WHAT has happened to our once-proud nation?
Grey is the colour of death — the hue of depression.
How can anyone say it is their favourite colour? Spitting Image made John Major grey for good reason and . . . aliens are grey.
Ancient Egyptians painted Anubis, the god of death, with a grey face, which speaks volumes.
I am looking at an interior- design landscape which proves that a little bit of information in the wrong hands can go disastrously wrong.
Grey is clever and good and can work well when it is used in the right way.
But experts who have analysed Google searches for paint shades say Farrow & Ball’s Purbeck Stone (aka grey) is going to be the most popular shade this year — and this can only mean one thing.
What every single muggle in this country has done is just thought, OK, cool, let’s make everything grey — but they have ended up living in a mid-Eighties building- society branch manager’s office.
Grey is devoid of any personality and popular with Instagrammers with their super-tanned faces and bold brassy highlights.
They hope that, by having it in the background, they become the colour accessory that will make the room sing.
If the only interesting part of your room is Mrs Hinch, then your room is doomed.
One of my most X-rated TV experiences — forget Naked Attraction — is the enormous, burger-like sofas plonked in grey concrete boxes on Gogglebox.
The people all look like they are sitting in war-time bunkers.
When the grey-naissance started about ten years ago, I supported it as an antidote to beige.
Cool colours will make a room look more spacious, end of. Beige makes a room look smaller, grey bounces light.
But grey on its own is not the solution. It is the journey to changing your room from being small, to light and airy. It needs colour to make it come alive. We all know this — YOU know this.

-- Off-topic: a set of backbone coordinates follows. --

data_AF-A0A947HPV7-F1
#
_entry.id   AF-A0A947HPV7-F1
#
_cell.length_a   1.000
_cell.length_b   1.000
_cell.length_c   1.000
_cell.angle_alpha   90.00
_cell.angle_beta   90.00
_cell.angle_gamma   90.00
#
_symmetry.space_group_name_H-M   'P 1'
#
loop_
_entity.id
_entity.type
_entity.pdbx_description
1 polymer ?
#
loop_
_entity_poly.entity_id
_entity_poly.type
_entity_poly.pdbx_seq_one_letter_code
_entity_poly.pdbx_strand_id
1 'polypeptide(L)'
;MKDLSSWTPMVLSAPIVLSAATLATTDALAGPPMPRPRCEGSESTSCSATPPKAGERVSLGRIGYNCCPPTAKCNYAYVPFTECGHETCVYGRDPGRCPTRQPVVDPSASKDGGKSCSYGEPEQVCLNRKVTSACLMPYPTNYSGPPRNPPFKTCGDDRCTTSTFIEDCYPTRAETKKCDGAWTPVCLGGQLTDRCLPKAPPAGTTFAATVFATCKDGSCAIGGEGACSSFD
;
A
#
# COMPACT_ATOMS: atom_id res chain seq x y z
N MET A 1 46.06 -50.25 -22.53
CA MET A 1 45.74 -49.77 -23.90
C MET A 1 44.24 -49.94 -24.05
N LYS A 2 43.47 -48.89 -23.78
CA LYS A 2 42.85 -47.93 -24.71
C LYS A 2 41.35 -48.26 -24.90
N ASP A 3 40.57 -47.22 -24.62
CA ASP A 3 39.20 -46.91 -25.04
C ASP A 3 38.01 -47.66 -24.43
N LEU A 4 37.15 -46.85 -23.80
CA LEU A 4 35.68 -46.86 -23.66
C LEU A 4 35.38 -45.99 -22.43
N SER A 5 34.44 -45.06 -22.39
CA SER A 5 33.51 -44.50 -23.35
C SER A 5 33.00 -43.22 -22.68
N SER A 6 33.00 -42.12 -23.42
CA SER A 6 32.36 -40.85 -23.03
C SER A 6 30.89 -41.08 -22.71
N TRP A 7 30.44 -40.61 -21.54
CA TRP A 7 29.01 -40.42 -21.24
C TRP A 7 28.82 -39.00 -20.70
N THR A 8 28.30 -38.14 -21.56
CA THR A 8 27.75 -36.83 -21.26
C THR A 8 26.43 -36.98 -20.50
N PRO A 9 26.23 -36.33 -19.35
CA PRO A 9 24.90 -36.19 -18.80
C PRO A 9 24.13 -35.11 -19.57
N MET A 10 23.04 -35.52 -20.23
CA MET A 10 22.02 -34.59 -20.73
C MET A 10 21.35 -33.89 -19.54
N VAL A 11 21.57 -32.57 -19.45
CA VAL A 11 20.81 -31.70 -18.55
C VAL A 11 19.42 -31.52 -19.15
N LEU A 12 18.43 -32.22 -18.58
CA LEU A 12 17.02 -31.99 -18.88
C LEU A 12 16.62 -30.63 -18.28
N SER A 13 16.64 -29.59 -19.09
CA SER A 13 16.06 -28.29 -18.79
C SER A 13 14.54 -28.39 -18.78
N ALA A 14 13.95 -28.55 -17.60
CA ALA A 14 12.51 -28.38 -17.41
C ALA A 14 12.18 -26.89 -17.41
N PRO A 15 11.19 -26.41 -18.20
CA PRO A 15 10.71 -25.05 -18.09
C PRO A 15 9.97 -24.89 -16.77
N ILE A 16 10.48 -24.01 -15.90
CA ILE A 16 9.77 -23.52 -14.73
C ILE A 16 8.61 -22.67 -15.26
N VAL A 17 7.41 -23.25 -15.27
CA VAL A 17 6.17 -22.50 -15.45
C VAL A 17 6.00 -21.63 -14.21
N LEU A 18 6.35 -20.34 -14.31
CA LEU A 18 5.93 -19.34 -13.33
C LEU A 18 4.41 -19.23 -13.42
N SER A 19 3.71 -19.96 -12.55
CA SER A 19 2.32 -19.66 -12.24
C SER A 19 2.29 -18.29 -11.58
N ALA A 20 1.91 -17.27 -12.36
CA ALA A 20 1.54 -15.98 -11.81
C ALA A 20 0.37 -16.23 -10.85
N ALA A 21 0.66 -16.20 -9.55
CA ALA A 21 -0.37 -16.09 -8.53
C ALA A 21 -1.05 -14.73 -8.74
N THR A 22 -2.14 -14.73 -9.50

Nobody leaves the house wearing head-to-foot grey. It comes with a pink scarf or vibrant, red shoes.
It is the perfect carbohydrate colour for decorating but you must put sauce with it.
Grey will take every colour you can throw at it, like orange, green, pink and lilacs.
If I am using grey, I pair it with colour and — hey, f***ing, presto! — suddenly the whole thing then looks ravishing.
For example, take my home office. The walls are grey but offset with purple, glass lamps and brightly coloured book spines.
In 1850s Paris, gold, white and grey were considered to be the height of chic.
Grey was a staple colour of the Eighties, popular with the walls of office buildings in an era of yuppies who were expected to slave away for hours at their desks.
It was a bleak colour that encouraged workers not to get too comfortable.
Even when grey was the backdrop to Joan Collins’ shoulder pads in her Dynasty days, it always came with pink or orange.
The grey-naissance at the end of the Noughties saw the colour used as a classy backdrop to decoration.
We were bored by super-minimalism and beige tones. Suddenly, grey felt like the height of sophistication.
I remember transforming a country house long ago and saying to the client that we should paint the walls grey.
They were, like, “Woah, really?”
But combined with gold, it looked sumptuous — an interior- design triumph.
The line between drab and fab is what people need to understand.
Unless careful, you will create an environment which would ONLY be comfortable for Ebenezer Scrooge on Christmas Eve.
On its own, grey is so ridiculously and unbearably drab.
Imagine sitting down and eating a bowl of undercooked rice.
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It is a case of tough love and I am here to give it: If you are going to start playing at interior decoration, painting the whole house grey is not going to cut the mustard.
My advice is start with grey. So, while you might embrace Dulux’s Polished Pebble, or my Hunky Bunker concrete grey, please pair them with teal.
I am here, as usual, to step in and say: Britain, do not look to Marie Kondo and forget Kelly Hoppen — listen to me.